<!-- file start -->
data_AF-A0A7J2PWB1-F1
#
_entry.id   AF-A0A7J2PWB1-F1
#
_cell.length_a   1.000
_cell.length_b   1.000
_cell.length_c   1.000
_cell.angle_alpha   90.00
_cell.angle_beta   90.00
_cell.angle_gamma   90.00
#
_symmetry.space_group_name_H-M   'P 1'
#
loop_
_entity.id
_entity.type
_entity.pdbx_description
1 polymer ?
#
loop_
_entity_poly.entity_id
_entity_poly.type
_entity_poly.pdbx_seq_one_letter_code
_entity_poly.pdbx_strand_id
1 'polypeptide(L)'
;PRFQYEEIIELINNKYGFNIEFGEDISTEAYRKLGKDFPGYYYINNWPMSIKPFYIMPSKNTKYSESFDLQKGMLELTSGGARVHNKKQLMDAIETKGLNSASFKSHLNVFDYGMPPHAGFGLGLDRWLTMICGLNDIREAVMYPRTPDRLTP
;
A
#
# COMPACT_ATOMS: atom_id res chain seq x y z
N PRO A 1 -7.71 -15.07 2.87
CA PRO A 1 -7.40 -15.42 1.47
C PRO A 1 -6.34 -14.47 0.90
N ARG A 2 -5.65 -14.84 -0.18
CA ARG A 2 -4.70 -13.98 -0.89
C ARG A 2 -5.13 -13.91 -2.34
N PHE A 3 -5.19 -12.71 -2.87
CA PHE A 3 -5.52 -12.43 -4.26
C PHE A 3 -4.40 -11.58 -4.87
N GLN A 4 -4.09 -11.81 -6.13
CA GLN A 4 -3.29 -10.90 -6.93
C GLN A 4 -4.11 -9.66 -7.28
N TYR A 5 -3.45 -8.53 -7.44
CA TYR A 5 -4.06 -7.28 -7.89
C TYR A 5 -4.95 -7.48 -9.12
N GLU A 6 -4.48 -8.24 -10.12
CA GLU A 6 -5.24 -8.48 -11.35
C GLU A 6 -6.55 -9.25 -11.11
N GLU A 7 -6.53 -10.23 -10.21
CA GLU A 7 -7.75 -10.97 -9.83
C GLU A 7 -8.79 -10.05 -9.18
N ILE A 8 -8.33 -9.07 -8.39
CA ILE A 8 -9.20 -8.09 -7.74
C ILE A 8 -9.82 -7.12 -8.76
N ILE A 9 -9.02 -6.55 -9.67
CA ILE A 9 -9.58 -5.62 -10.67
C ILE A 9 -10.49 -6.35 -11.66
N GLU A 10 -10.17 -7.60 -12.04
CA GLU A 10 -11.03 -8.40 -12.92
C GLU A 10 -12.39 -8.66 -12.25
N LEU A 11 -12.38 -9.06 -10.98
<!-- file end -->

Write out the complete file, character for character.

data_AF-A0A7J2PWB1-F1
#
_entry.id   AF-A0A7J2PWB1-F1
#
_cell.length_a   1.000
_cell.length_b   1.000
_cell.length_c   1.000
_cell.angle_alpha   90.00
_cell.angle_beta   90.00
_cell.angle_gamma   90.00
#
_symmetry.space_group_name_H-M   'P 1'
#
loop_
_entity.id
_entity.type
_entity.pdbx_description
1 polymer ?
#
loop_
_entity_poly.entity_id
_entity_poly.type
_entity_poly.pdbx_seq_one_letter_code
_entity_poly.pdbx_strand_id
1 'polypeptide(L)'
;PRFQYEEIIELINNKYGFNIEFGEDISTEAYRKLGKDFPGYYYINNWPMSIKPFYIMPSKNTKYSESFDLQKGMLELTSGGARVHNKKQLMDAIETKGLNSASFKSHLNVFDYGMPPHAGFGLGLDRWLTMICGLNDIREAVMYPRTPDRLTP
;
A
#
# COMPACT_ATOMS: atom_id res chain seq x y z
N PRO A 1 -7.71 -15.07 2.87
CA PRO A 1 -7.40 -15.42 1.47
C PRO A 1 -6.34 -14.47 0.90
N ARG A 2 -5.65 -14.84 -0.18
CA ARG A 2 -4.70 -13.98 -0.89
C ARG A 2 -5.13 -13.91 -2.34
N PHE A 3 -5.19 -12.71 -2.87
CA PHE A 3 -5.52 -12.43 -4.26
C PHE A 3 -4.40 -11.58 -4.87
N GLN A 4 -4.09 -11.81 -6.13
CA GLN A 4 -3.29 -10.90 -6.93
C GLN A 4 -4.11 -9.66 -7.28
N TYR A 5 -3.45 -8.53 -7.44
CA TYR A 5 -4.06 -7.28 -7.89
C TYR A 5 -4.95 -7.48 -9.12
N GLU A 6 -4.48 -8.24 -10.12
CA GLU A 6 -5.24 -8.48 -11.35
C GLU A 6 -6.55 -9.25 -11.11
N GLU A 7 -6.53 -10.23 -10.21
CA GLU A 7 -7.75 -10.97 -9.83
C GLU A 7 -8.79 -10.05 -9.18
N ILE A 8 -8.33 -9.07 -8.39
CA ILE A 8 -9.20 -8.09 -7.74
C ILE A 8 -9.82 -7.12 -8.76
N ILE A 9 -9.02 -6.55 -9.67
CA ILE A 9 -9.58 -5.62 -10.67
C ILE A 9 -10.49 -6.35 -11.66
N GLU A 10 -10.17 -7.60 -12.04
CA GLU A 10 -11.03 -8.40 -12.92
C GLU A 10 -12.39 -8.66 -12.25
N LEU A 11 -12.38 -9.06 -10.98